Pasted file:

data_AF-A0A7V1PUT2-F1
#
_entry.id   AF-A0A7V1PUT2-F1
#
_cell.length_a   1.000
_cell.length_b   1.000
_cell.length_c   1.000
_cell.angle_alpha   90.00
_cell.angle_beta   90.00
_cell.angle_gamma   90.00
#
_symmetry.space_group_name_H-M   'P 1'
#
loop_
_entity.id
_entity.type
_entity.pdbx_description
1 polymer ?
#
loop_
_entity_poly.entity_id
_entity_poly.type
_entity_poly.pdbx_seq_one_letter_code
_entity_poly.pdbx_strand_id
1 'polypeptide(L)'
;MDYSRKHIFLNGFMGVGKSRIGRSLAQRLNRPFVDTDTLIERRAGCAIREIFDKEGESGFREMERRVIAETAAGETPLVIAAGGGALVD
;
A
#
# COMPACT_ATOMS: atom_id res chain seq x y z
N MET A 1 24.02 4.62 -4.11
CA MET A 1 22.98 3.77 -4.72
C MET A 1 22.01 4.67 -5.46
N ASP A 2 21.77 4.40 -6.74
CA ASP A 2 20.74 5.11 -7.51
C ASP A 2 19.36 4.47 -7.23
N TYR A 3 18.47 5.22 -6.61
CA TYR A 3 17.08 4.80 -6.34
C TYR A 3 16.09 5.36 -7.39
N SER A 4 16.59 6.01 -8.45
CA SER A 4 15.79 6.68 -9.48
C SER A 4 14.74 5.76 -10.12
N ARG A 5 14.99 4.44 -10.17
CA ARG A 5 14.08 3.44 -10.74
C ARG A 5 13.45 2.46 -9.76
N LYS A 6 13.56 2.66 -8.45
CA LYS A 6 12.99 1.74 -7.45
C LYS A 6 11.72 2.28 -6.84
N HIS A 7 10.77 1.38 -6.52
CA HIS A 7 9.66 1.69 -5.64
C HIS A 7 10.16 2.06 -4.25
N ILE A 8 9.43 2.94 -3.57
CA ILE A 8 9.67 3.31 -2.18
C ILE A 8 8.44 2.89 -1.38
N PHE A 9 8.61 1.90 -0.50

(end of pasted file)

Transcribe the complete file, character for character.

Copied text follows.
data_AF-A0A7V1PUT2-F1
#
_entry.id   AF-A0A7V1PUT2-F1
#
_cell.length_a   1.000
_cell.length_b   1.000
_cell.length_c   1.000
_cell.angle_alpha   90.00
_cell.angle_beta   90.00
_cell.angle_gamma   90.00
#
_symmetry.space_group_name_H-M   'P 1'
#
loop_
_entity.id
_entity.type
_entity.pdbx_description
1 polymer ?
#
loop_
_entity_poly.entity_id
_entity_poly.type
_entity_poly.pdbx_seq_one_letter_code
_entity_poly.pdbx_strand_id
1 'polypeptide(L)'
;MDYSRKHIFLNGFMGVGKSRIGRSLAQRLNRPFVDTDTLIERRAGCAIREIFDKEGESGFREMERRVIAETAAGETPLVIAAGGGALVD
;
A
#
# COMPACT_ATOMS: atom_id res chain seq x y z
N MET A 1 24.02 4.62 -4.11
CA MET A 1 22.98 3.77 -4.72
C MET A 1 22.01 4.67 -5.46
N ASP A 2 21.77 4.40 -6.74
CA ASP A 2 20.74 5.11 -7.51
C ASP A 2 19.36 4.47 -7.23
N TYR A 3 18.47 5.22 -6.61
CA TYR A 3 17.08 4.80 -6.34
C TYR A 3 16.09 5.36 -7.39
N SER A 4 16.59 6.01 -8.45
CA SER A 4 15.79 6.68 -9.48
C SER A 4 14.74 5.76 -10.12
N ARG A 5 14.99 4.44 -10.17
CA ARG A 5 14.08 3.44 -10.74
C ARG A 5 13.45 2.46 -9.76
N LYS A 6 13.56 2.66 -8.45
CA LYS A 6 12.99 1.74 -7.45
C LYS A 6 11.72 2.28 -6.84
N HIS A 7 10.77 1.38 -6.52
CA HIS A 7 9.66 1.69 -5.64
C HIS A 7 10.16 2.06 -4.25
N ILE A 8 9.43 2.94 -3.57
CA ILE A 8 9.67 3.31 -2.18
C ILE A 8 8.44 2.89 -1.38
N PHE A 9 8.61 1.90 -0.50